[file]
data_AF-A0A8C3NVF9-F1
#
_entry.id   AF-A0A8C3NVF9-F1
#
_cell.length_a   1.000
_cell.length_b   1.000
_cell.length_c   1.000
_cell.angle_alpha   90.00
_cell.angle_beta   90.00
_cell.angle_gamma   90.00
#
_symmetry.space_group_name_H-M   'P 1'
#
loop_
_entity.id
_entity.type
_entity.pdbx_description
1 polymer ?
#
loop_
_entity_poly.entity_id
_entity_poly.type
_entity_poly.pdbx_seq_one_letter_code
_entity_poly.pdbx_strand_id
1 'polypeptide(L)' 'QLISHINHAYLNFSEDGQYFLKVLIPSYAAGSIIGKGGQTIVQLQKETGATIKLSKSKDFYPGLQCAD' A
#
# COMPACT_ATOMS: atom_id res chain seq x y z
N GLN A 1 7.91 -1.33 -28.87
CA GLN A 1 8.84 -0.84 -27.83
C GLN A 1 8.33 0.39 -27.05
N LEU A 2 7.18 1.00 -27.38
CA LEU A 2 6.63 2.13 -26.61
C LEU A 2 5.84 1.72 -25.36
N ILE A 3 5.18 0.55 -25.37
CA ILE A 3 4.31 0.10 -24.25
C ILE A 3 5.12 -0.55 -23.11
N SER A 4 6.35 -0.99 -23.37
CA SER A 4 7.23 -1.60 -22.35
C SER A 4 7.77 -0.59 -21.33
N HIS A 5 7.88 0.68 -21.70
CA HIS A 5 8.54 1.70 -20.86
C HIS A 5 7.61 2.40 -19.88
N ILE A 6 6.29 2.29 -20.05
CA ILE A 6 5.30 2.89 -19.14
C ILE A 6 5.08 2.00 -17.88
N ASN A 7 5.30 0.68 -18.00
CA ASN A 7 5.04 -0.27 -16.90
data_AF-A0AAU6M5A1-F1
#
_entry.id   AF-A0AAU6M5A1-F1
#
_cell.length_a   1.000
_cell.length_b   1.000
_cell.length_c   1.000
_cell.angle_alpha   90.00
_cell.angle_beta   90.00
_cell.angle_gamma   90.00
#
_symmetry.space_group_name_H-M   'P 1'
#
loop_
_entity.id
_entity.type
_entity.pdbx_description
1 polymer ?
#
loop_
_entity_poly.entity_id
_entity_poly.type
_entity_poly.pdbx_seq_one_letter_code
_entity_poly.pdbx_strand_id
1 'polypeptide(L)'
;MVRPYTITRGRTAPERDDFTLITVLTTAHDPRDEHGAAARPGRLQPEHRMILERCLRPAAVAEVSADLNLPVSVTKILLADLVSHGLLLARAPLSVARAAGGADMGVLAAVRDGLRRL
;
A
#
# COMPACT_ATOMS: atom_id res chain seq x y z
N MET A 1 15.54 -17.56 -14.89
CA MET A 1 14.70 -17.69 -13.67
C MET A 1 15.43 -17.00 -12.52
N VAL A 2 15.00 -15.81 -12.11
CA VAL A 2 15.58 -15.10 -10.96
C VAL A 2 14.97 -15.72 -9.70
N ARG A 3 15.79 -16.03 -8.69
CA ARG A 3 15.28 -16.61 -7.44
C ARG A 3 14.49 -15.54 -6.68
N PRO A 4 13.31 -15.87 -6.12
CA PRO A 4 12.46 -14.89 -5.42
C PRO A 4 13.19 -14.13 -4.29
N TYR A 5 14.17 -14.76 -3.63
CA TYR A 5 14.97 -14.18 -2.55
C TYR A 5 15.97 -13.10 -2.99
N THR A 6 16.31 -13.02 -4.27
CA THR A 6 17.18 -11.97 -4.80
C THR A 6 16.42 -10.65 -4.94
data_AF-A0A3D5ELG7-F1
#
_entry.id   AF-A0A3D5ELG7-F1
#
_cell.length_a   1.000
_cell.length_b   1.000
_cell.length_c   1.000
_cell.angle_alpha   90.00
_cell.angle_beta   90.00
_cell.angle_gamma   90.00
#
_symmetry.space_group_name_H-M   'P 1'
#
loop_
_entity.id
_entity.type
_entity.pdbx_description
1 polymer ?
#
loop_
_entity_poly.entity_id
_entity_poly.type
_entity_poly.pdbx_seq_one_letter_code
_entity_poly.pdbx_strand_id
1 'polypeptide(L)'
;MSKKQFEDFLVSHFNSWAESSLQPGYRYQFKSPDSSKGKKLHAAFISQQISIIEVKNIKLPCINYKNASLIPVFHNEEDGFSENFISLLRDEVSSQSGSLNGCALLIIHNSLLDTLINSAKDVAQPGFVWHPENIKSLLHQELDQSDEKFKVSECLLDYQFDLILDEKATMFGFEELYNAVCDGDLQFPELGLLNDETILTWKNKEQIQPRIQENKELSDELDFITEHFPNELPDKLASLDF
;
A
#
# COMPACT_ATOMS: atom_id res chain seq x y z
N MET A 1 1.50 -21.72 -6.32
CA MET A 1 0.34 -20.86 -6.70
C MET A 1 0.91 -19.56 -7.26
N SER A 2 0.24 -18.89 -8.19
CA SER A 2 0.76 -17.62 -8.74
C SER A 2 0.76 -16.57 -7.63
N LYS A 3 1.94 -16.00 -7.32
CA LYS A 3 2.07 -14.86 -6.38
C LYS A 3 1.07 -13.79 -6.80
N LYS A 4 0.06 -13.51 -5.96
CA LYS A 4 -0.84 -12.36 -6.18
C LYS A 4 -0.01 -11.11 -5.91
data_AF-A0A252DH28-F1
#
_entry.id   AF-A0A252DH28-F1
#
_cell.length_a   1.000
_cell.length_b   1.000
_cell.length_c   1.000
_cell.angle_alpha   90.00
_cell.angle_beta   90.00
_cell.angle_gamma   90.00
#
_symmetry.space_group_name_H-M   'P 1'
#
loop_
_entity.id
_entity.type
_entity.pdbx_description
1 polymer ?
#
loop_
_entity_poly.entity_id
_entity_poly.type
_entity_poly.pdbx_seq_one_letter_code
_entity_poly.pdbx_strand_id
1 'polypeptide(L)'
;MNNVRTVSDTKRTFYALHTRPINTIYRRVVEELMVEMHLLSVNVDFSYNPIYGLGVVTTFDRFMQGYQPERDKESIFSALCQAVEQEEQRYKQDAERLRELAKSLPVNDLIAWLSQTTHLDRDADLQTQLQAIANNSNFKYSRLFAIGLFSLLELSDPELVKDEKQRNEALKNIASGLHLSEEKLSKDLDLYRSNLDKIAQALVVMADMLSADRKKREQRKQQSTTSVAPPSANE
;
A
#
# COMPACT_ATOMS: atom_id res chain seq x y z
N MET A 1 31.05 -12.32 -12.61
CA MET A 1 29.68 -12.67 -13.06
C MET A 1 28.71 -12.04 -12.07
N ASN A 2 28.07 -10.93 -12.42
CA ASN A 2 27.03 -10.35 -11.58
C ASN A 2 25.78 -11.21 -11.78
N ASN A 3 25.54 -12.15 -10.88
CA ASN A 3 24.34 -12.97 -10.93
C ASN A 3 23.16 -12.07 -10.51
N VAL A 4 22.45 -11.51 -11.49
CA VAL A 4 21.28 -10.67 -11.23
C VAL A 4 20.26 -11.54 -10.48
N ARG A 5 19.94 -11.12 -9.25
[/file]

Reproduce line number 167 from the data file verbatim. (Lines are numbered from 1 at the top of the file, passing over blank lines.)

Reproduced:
# COMPACT_ATOMS: atom_id res chain seq x y z